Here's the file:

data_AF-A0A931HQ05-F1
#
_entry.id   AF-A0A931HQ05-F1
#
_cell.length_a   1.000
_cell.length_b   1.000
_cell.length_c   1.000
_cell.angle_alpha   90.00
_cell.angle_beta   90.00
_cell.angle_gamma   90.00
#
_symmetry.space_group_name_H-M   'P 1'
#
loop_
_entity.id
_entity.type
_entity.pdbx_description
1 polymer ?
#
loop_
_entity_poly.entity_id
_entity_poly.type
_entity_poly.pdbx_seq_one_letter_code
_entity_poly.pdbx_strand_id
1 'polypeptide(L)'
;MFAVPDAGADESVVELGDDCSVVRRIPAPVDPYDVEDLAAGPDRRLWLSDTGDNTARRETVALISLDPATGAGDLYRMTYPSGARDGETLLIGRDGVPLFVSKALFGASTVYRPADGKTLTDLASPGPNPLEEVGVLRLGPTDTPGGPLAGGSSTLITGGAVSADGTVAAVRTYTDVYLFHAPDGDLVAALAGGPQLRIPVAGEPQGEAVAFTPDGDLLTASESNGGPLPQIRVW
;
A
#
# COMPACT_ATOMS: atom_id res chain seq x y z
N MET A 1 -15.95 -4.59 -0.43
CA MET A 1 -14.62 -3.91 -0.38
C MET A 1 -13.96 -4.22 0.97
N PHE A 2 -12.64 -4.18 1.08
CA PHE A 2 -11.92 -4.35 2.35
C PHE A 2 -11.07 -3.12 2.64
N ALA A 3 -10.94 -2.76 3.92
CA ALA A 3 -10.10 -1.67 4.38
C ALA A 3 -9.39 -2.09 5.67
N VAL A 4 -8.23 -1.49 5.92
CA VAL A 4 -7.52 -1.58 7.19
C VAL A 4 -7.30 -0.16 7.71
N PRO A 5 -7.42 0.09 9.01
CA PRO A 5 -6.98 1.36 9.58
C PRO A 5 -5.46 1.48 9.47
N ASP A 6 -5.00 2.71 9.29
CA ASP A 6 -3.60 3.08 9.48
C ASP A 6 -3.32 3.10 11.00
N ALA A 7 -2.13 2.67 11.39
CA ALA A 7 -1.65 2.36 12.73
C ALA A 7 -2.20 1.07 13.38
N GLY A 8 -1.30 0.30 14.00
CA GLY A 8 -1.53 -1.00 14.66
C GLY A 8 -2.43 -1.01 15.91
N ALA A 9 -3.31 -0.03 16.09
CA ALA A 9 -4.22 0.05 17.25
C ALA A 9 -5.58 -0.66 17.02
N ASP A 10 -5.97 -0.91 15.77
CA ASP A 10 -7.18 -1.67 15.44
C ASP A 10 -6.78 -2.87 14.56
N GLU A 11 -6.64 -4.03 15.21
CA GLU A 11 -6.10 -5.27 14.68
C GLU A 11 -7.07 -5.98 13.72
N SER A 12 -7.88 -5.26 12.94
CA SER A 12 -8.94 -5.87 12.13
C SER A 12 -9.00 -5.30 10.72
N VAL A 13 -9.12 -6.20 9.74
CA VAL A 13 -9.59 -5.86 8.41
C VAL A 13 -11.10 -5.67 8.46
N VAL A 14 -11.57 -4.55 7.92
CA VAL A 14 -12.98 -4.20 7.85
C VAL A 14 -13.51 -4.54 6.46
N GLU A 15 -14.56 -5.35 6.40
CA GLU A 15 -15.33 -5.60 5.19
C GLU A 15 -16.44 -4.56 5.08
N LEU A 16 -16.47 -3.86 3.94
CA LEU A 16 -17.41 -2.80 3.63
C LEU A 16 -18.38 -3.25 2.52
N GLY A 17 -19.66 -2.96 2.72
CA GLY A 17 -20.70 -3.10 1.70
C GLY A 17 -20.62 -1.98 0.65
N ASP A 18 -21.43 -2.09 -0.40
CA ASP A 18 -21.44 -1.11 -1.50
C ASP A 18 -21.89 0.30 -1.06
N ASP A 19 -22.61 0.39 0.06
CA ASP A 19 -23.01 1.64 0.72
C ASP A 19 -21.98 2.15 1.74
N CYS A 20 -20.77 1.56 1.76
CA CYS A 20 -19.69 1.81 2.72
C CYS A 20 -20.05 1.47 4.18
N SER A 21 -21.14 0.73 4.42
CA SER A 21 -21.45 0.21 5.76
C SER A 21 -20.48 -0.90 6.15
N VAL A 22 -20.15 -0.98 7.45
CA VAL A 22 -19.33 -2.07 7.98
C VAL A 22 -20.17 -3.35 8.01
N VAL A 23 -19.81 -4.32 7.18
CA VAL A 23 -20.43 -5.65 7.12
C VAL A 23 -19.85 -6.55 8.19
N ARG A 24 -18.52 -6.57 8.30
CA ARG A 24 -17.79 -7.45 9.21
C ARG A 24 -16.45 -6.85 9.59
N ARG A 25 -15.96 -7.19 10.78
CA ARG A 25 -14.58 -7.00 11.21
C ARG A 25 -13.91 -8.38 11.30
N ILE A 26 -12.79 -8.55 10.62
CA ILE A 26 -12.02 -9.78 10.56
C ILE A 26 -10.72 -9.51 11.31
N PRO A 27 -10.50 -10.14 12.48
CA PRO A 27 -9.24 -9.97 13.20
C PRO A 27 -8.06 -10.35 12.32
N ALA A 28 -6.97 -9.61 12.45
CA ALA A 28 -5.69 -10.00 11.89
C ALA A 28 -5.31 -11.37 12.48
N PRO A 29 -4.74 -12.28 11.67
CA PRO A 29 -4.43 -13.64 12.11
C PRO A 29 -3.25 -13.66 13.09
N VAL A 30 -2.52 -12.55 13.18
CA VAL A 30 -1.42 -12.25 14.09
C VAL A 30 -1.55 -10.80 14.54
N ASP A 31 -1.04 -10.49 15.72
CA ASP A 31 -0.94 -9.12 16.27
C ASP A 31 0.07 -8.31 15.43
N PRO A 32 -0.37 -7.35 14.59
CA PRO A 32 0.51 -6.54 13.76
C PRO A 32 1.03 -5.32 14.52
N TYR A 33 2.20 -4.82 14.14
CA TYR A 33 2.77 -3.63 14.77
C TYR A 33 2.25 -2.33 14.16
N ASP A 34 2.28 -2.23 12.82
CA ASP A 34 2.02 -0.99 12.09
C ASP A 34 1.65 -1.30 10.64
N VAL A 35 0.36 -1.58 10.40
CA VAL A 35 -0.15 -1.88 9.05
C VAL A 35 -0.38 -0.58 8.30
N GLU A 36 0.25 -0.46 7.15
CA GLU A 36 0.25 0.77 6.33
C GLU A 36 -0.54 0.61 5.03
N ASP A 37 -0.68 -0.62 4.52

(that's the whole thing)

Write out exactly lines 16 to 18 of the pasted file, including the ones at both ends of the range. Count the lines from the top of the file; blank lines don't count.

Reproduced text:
_entity.type
_entity.pdbx_description
1 polymer ?